Velcro Lewis Group
Jingle Jangle Morning single

The Velcro Lewis Group was back to its usual tricks in September when it dropped this sweet, sultry tune about waking up to some good lovin’. This groovy track has an odd mixture of funk, soul, blues and psychedelia backed by a steady washboard. They even manage to make a talk box guitar effect sound sexy. This is not Peter Frampton’s talk box working here. It’s so good we can’t wait to hear the remix they’re promising. — Casey Moffitt

Good WillSmith
The Honeymoon Workbook

Goofy name aside, local ambient trio Good WillSmith (yes, as in that Will Smith) make seriously great music for zoning out. While the official debut LP of WillSmith, whose members run local label Hausu Mountain and also make similarly-minded music in L'etenbre and Screaming Claws, may seem slight on account of its odd titles and laid-back ambience, Workbook reveals its musical depth, variety and intricacy of sounds with each subsequent listen. The year's most essential local headphones listen. — Jon Graef

Archie Powell & the Exports, image via their Facebook page

Archie Powell & the Exports
Back In Black

When this album came out in the spring, I described it as, "the sound of a howling vortex sucking naked emotion down its funnel and sharpening it into screaming songs. The first time we listened to the album, we pictured it as being inside someone's head who was in the midst of a blackout. The thoughts race unconstrained and with no vision of what's coming in the future. It's the sound of what happens when you abandon your boundaries without realizing the price you'll pay the next day." Months later this collection has lost none of that visceral punch, even if after repeated listens the indelible hooks have actually warmed the listening experience a bit to reveal the softer heart beating amidst the sonic scrawl. — Jim Kopeny / Tankboy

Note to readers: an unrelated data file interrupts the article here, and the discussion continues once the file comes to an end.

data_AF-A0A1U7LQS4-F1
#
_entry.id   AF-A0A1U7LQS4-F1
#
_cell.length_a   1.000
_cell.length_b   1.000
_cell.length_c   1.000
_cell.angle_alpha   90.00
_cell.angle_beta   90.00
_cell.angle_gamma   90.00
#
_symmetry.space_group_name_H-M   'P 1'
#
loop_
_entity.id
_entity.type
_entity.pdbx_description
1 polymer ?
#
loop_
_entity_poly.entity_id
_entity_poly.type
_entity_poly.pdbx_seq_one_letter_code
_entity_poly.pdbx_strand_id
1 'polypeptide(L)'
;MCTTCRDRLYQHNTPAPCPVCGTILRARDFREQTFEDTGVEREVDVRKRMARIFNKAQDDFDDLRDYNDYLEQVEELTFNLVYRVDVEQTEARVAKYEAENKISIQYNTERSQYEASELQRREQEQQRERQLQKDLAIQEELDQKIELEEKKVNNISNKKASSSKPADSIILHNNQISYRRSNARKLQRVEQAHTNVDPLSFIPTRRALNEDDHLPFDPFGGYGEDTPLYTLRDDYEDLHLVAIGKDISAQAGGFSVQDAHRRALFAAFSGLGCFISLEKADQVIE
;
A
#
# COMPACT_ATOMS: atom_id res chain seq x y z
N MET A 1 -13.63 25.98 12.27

From All Purity

As thick as quicksand and as venomous as a snake bite, Chicago doom metal quartet Indian's ferocious fifth album, From All Purity, was music to survive a polar vortex to. (It dropped right in the midst of the worst winter ever.) The perfect soundtrack for hating absolutely anything and everything, Purity represented metal's terrifying platonic ideal. Abandon hope all ye who enter— that's the best possible compliment an album like this could receive. At six tracks and forty minutes, not a single moment is wasted. — Jon Graef

Against Me!'s Laura Jane Grace, photo by Leslie Lyons

Against Me!
Transgender Dysphoria Blues

The latest from Against Me! is one of the year's best by all accounts, and since Laura Jane Grace recently made Chicago her home we're going to lay claim. Transgender Dysphoria Blues relates a range of human experience with rawness and empathy while delivering genuine kick-ass rock 'n' roll.— Jessica Mlinaric

Violet Mice
White Backless Shoes

Chicagoans might already know Ian McDuffie from their work in the shoegaze band Videotape or their excellent comic series Feels (if you don’t, you should), but here we see them in a whole new—and very glam—role. As Violet Mice, McDuffie exudes a dazzling vulnerability that begins in the rich instrumentals and winds its way through atypical vocal arrangements and lively production. Listen through the three-track teaser, and you will get the sense you are hearing something completely new. Violet Mice’s songs are both cinematic and emotional, generational anthems and quiet tributes. “Things like this that make me laugh myself to sleep/ I think I might have fallen in love with something I could dance to,” McDuffie croons on "Experience Bombs," combining their signature mix of humor and sentiment. All we can do now is wait for the full album.— Carrie Laski